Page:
Stoning of the Devil or stoning of the jamarat (Arabic: ramy al-jamarāt) is part of the annual Islamic Hajj pilgrimage to the holy city of Mecca in Saudi Arabia. Muslim pilgrims fling pebbles at three walls called jamarat in the city of Mina just east of Mecca. It is one of a series of ritual acts that must be performed in the Hajj.
Until 2004 the three jamarat (singular: jamrah) were tall pillars. After the 2004 Hajj, Saudi authorities replaced the pillars with 26-meter-(85 ft) long walls  for safety; many people were accidentally throwing pebbles at people on the other side. The jamarat are named (starting from the east) the first or smallest jamrah (Arabic: al-jamrah al-ula or al-jamrah as-sughra), the middle jamrah (al-jamrah al-wusta), and the largest jamrah or jamrah of Aqaba (al-jamrah al-kubra or jamrat al-`Aqabah). Before 2004 the distance between the small and middle jamrah was 150 meters; between the middle and large jamrah it was 225 meters. To allow easier access to the jamarat a single tiered pedestrian bridge called the Jamarat Bridge was built around them so pilgrims could throw stones from either the ground level or from the bridge.
On the 10th day of Dhu al-Hijjah (Eid ul-Adha), pilgrims must hit the large jamrah only with seven pebbles. On each of the following two days they must hit each of the three walls with seven pebbles, going in order from east to west. Thus at least 49 pebbles are needed for the ritual, more if some throws miss. Some pilgrims stay at Mina for an additional day; in this case they must again stone each wall seven times.
The pebbles used in the stoning are traditionally gathered at Muzdalifah, a plain southeast of Mina , on the night before the first throwing, but can also be collected at Mina.
The ritual re-enacts Abraham's pilgrimage to Mecca as explained by the Muslim historian al-Azraqi:
All three jamarat represent the devil: the first and largest represents his temptation of Abraham against sacrificing Ishmael, the second represents the temptation of Abraham's wife Hagar to induce her to stop him, and the third represents his temptation of Ishmael to avoid being sacrificed. He was rebuked each time, and the throwing of the stones symbolizes those rebukes.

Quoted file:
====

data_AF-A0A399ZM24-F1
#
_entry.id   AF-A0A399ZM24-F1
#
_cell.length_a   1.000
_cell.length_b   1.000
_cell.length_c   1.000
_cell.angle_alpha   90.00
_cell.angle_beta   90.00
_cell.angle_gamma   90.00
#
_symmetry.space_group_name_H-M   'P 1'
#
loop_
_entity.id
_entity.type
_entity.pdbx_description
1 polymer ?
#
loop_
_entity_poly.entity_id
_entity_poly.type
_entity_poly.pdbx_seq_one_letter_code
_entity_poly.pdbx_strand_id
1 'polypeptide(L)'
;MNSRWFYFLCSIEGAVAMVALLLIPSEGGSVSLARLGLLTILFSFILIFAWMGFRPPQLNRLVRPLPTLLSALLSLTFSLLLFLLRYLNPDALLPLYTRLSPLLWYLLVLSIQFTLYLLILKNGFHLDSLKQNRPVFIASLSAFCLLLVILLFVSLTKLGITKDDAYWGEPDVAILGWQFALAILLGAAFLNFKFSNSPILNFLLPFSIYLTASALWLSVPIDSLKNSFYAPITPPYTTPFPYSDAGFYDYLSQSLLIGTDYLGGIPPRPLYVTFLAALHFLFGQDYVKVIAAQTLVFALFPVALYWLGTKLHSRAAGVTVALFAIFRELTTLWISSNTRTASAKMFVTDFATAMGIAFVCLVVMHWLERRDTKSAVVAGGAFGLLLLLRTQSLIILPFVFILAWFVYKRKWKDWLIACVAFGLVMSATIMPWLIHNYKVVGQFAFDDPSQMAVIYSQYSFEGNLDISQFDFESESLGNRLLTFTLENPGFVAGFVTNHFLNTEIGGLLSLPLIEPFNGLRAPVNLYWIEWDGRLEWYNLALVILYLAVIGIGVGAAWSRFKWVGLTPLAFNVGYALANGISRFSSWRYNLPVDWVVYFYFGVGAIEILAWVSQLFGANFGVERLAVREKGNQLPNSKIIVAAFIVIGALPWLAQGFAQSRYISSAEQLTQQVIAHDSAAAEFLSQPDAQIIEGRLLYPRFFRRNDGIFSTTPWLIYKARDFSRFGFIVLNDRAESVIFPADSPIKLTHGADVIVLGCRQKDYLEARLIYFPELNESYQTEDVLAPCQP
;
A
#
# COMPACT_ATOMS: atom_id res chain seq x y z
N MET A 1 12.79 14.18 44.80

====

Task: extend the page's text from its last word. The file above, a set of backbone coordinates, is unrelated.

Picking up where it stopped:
The stoning of the jamarat also represents the repudiation of man's self (literally the "internal despot", al-Nafs al-Amarah) and the act of casting aside one's low desires and wishes. As one Islamic theologian puts it,
It is not clear from when all Pilgrims started to do this task because there is no duty or activity mentioned in Quran by God. God clearly mentions in Quran how to perform the Hajj but some ancient religious leaders established this event and many activities have been performing by the pilgrims from ancient time. Stoning is not part of religious task but all pilgrims perform it.
The stoning of the devil ritual is the most dangerous part of the pilgrimage because sudden crowd movements on or near the Jamarat Bridge can cause people to be crushed. On several occasions hundreds of participants have suffocated or been trampled to death in stampedes.
The bridge has been expanded in recent years to accommodate the ever-growing number of pilgrims who perform the Hajj every year, but because of the sheer size of the crowds the ritual is nearly impossible to control. An important step in managing crowds is the recent replacement of the jamarat pillars by walls to ease and speed up the stoning.
Crowd conditions are especially difficult during the final day of Hajj, which is the day pilgrims leave the valley of Mina and return to Mecca for the farewell Tawaf (the final circumambulation of the Kaaba). According to hadith, Muhammad's last stoning was performed just after the noon prayer. Many scholars feel that the ritual can be done any time between noon and sunset on this day; however, many Muslims are taught that it should be done immediately after the noon prayer. This leads to people camping out until noon and rushing out then to do the stoning. Because this is also the day pilgrims prepare to leave Mina, many also take their luggage with them to the jamarat, adding to the clutter of the already crowded area.
These two factors are felt to be most responsible for the most recent tragedy during the Hajj of 2006, in which a stampede killed at least 346 pilgrims and injured at least 289 more. This was despite several attempts by the authorities to inform pilgrims about the permissibility of staggering their visits to the jamarat as well as instructing them to leave their luggage at their tents. Adding to the confusion involved in the tragedy is the lack of co-operation on the part of pilgrims who do not leave the jamarat area by the proper route, and therefore interfere with the movement of others who are arriving.